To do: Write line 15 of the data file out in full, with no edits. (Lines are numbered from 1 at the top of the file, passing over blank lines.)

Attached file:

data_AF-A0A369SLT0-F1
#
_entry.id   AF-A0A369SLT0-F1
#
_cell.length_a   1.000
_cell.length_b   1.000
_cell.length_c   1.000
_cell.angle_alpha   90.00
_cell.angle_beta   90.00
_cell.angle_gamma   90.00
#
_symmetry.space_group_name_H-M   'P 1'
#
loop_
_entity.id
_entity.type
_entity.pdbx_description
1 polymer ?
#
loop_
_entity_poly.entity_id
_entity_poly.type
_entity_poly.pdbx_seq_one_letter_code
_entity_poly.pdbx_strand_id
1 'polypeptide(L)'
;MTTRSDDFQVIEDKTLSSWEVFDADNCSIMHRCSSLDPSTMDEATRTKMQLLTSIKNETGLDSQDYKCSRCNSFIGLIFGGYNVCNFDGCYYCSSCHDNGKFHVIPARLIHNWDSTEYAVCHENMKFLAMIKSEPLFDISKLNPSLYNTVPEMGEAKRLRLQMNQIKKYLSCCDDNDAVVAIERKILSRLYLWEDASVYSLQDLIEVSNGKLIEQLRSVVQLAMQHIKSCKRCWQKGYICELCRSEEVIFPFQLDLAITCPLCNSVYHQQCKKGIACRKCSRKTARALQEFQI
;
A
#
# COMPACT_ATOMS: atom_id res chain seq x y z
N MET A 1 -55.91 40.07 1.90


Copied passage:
_entity.id